Voigt said it allows students to have a group outside of sports or clubs.

“This has really provided a unique opportunity for kids that haven’t had something to belong to,” Voigt said. “This has given them a place to be, and to form an identity, and that gives them a lot of power. That provides a lot of growth, a lot of opportunity. That’s been Circle of Friends in general, and the Kafé is just a component of that. “

“Before we had started the Kafé, we made Circle of Friends shirts,” Iverson said. “One student, he was so excited because we put names on the back of the shirts. He looked at me completely awestruck and he said ‘I’ve never had a shirt with my name on it.’”

McCubbin said due to participating in sports, having her name on things was something she took for granted.

“I just didn’t think it was that big of a deal,” McCubbin said. “When I heard that story I was like ‘oh my gosh, what else am I taking for granted?’”

Voigt said Circle of Friends is also allowing students to open up to each other more.

“Everyone has a story to tell, it’s just not everyone is as vocal with their story,” Voigt said. “So this provides them the platform to feel comfortable to do that and to have students that are ready to listen. As they share their story more, they become stronger in who they are, that will allow them to continue to open up and to continue to feel like they have people here they can talk to.”

Kafé Kindness is also starting to network with the Beatrice community.

“Another teacher and I had gone down to The Coffee Bistro,” Iverson said. “Mr. Ruby’s the owner of it. In passing we said ‘well maybe we could learn some techniques from you.’ And he said ‘actually, I’d love to give you some coffee.’”

A group of students visited The Coffee Bistro on Friday to thank them for donating blueberry coffee and learn the process of making different kinds of coffee.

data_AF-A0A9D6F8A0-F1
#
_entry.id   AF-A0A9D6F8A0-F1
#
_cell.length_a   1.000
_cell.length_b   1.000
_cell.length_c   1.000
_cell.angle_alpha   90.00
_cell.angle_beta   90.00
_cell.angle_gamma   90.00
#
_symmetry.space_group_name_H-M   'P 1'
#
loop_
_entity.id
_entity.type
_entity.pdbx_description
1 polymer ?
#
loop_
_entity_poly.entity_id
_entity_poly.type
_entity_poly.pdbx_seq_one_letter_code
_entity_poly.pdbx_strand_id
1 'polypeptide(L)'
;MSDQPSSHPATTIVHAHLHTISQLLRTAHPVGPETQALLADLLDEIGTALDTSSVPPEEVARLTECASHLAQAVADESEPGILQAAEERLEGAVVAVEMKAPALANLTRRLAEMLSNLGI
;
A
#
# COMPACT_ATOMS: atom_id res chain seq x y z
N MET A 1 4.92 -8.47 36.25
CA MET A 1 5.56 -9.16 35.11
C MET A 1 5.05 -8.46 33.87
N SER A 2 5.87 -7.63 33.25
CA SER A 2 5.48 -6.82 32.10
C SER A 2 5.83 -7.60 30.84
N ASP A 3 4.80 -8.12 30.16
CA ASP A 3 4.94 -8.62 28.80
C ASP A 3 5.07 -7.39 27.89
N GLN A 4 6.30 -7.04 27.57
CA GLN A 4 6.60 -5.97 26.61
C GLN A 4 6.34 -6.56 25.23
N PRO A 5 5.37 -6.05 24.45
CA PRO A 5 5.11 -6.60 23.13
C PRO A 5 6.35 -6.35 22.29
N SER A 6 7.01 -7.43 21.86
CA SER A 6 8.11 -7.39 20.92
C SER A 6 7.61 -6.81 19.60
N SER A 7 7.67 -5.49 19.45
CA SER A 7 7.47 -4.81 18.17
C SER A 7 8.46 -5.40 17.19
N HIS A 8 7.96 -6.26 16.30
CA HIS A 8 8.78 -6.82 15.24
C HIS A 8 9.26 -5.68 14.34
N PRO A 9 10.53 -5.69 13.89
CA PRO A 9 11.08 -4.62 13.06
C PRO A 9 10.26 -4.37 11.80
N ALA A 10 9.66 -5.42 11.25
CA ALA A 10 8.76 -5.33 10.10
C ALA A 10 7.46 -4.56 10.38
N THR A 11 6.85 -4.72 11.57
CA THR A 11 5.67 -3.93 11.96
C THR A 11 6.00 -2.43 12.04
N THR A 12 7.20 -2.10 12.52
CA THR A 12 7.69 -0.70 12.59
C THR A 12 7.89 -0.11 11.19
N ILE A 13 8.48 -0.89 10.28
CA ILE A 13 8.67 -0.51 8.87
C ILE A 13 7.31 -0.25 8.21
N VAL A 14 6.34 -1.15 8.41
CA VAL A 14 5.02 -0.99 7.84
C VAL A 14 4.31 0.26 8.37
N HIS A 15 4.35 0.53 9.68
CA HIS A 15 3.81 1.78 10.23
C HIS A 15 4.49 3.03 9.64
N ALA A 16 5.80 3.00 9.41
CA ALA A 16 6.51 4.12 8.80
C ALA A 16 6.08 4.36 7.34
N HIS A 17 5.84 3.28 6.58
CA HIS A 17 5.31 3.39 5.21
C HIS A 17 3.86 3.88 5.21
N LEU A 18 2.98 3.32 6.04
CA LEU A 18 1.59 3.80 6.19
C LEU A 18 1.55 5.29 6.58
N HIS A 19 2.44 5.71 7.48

Voigt said the goal for the Kafé moving forward is to include more students.

“We’re going to work with some of our business classes to start driving the more financial decisions: the marketing, whether we think we should add machines, should we have specials this week, all of that so we can bring some real life experience into those classes and then connect those business kids to the kids that are operating it,” Voigt said. “Then we want to look at bringing in – we have language arts kids that are interested in poetry day, things like that. The music department kids that want to sing acoustic, those sort of things.”

Kafé Kindness has already influenced the students participating in it.

“I think the club was mostly made to help the kids learn to be more social and talk to people, but I think it’s taught me just as much,” McCubbin said. “Being in this club, now I participate as much as I can with Special Olympics swim team practices. I’ve changed my occupation from a dental hygienist to be a speech pathologist, because I just want to help these kids out. This group has taught me that I want to work with kids that have challenges to make them feel more confident and feel better. Their smiles are worth 1,000 words.”